If this machine really exists, then I suppose it means that it can read this email I'm sending to Amazon before Amazon do. Oh my God, even as I write that sentence, a van has parked across the street with two men in the front wearing sunglasses.....oh oh, one of them's pointing a pair of binoculars right at me, the other's talking into a microphone running down from an earpiece, possibly alerting the SWAT team hovering above my house in black helicopters.....

To describe Digital Fortress as a thriller would be akin to calling a toilet roll a potential Pulitzer Prize winner.
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1 of 1 people found the following review helpful
By A Customer
During the reading of this book, I just couldn't stop wondering if these jerks were actually the real people who actually run the NSA. If the answer was yes, then our USofA would definitely in big trouble. The author had inevitablely gave me an impression that the whole NSA scenes inside out were just so obviously fake, since he could only imagine the tight security for entry, but once got in, he just could not provide us with more realistic pictures, so he just failed to visualize correctly and to deliver. So, what we got here from him were couple of very unprofessional, sexual harassing jerk like Hale, an egghead nerd, a very unconvincing IQ170 woman, her multi-lingualled sweetheart, an old, stress sticken No.2 guy, a steel-rimmed killer, plus several security guards outside the NSA building. Putting a Japanese American as some kind traitor, doing some personal vandetta to NSA and its personnel is still a legacy of the pathetic American syndrome orginated and still die-hard from WWII--the Asian Americans simply would not be accepted completely as other racial Americans, so, guilty until proven innocent; put them in concentration camp before they become the snitches, informers, or traitors--the (Japanese)American, even he had passed the security check to be qualified as an NSA employee, but he's doomed to be unstable, untrustworthy and would inevitablely became a traitor and sold his 'Digital Fortress' to his Japanese folks in Japan. This is a disgusting logic that made me appreciate more to the "Mercury Rising" movie. At least there were only real Americans being betrayed and killed, and all the Japanese people in that movie were just purely innocent, big dollar-spending tourists.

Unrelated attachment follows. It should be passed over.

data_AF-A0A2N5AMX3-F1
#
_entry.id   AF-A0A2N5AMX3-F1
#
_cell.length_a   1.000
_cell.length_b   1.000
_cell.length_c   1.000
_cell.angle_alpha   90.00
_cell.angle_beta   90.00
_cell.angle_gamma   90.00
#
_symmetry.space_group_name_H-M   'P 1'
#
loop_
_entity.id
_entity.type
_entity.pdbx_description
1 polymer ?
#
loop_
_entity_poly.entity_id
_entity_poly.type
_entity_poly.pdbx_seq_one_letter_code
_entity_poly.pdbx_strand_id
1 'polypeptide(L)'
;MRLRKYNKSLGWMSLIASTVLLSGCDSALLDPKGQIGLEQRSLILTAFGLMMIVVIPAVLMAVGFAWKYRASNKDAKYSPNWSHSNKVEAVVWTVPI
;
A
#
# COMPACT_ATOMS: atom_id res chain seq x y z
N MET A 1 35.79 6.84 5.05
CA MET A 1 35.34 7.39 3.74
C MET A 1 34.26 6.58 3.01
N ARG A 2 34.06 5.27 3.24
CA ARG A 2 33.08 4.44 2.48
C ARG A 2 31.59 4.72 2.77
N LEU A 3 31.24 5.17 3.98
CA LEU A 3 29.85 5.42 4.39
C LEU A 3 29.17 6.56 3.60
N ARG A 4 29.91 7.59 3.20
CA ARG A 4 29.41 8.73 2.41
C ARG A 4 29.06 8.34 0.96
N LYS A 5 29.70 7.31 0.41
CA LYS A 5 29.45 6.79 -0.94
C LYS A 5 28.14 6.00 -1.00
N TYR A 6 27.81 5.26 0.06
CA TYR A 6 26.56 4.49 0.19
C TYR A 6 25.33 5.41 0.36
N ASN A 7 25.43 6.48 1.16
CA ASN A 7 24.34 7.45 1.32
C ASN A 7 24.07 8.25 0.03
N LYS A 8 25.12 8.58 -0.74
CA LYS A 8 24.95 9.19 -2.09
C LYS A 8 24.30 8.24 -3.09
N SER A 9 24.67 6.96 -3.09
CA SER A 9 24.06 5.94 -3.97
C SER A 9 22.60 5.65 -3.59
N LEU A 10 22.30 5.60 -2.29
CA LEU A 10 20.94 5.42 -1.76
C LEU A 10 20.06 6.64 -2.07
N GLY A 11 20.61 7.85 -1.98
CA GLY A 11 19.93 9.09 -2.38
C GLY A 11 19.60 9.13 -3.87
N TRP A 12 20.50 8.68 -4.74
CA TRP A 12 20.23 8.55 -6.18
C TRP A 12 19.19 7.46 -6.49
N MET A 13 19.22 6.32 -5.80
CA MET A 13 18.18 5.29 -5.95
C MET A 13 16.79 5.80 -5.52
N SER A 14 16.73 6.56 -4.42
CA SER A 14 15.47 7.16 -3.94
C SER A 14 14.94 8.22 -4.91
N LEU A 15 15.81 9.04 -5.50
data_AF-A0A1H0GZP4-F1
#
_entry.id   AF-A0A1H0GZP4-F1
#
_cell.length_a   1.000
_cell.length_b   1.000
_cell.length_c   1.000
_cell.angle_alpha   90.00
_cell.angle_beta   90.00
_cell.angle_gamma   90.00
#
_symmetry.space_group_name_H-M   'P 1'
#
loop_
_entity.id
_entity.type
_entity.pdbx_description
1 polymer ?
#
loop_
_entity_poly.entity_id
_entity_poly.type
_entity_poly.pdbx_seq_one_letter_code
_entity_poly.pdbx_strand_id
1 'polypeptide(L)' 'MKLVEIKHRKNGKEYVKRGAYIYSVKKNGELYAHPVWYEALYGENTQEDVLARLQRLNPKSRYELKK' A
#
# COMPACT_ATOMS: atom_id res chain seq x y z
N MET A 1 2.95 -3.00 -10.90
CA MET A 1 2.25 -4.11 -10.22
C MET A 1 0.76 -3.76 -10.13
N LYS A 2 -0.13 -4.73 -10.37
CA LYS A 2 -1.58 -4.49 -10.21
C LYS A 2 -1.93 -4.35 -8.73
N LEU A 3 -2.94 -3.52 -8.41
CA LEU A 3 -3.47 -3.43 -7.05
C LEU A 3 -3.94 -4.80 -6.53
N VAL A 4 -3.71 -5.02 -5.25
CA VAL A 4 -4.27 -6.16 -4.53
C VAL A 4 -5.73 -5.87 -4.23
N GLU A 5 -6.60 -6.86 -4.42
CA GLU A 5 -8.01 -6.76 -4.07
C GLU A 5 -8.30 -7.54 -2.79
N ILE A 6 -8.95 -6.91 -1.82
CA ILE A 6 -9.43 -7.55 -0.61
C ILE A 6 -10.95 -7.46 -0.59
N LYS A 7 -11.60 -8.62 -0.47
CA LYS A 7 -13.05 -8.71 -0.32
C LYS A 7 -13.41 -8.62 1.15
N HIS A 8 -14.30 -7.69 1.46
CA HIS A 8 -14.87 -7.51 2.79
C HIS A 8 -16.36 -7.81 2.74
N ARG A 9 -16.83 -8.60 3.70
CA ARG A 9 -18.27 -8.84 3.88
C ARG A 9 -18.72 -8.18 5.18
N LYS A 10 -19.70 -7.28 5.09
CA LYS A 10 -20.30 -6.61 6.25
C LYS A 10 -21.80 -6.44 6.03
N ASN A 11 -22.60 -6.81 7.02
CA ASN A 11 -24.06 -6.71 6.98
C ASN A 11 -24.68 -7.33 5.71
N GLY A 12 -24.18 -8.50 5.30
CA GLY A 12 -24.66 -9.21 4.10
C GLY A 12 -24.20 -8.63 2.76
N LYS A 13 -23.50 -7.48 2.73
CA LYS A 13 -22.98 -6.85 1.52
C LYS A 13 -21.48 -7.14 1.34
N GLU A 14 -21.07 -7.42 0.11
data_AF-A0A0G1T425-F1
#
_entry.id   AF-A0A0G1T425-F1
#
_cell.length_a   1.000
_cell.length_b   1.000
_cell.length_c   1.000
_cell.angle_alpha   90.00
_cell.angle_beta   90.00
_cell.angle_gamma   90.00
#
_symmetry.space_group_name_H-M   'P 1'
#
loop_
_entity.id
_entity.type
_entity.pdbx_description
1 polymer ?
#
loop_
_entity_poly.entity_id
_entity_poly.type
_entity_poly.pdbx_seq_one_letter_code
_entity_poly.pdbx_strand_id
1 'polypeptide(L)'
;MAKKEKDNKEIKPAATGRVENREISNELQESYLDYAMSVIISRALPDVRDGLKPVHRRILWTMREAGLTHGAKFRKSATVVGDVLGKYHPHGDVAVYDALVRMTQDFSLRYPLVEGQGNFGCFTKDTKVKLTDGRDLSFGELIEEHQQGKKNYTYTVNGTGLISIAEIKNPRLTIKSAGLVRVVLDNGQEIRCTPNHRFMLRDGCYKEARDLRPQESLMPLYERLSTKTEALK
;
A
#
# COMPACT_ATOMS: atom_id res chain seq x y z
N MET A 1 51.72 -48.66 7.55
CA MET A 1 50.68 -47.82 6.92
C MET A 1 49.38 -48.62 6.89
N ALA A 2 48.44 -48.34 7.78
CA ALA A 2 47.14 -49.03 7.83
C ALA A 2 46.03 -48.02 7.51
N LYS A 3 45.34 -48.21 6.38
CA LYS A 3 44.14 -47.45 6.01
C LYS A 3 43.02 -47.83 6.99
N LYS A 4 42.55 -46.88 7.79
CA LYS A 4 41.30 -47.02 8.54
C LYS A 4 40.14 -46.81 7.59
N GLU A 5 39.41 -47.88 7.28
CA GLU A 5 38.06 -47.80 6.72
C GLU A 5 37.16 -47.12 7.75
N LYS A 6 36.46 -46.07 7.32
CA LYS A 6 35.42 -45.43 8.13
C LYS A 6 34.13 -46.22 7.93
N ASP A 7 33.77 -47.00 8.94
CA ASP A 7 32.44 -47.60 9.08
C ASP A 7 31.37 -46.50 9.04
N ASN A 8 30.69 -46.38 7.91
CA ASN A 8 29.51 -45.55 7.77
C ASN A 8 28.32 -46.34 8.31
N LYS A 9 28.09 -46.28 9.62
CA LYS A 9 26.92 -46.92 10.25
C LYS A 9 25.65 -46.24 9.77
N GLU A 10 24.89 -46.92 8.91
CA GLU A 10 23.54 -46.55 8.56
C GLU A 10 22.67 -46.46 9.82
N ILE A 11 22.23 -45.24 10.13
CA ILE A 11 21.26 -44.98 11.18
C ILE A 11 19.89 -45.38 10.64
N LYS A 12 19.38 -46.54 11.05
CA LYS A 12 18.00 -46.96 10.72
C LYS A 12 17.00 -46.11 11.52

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39 of 45 people found the following review helpful
5.0 out of 5 stars A Great Debut 9 Aug 2004
By Scottish Dave VINE VOICE
I bought this, Dan Brown's first novel, on the strength of reading The Da Vinci Code. It's not as strong or as indepth as The Da Vinci Code but nevertheless I found it an excellent read.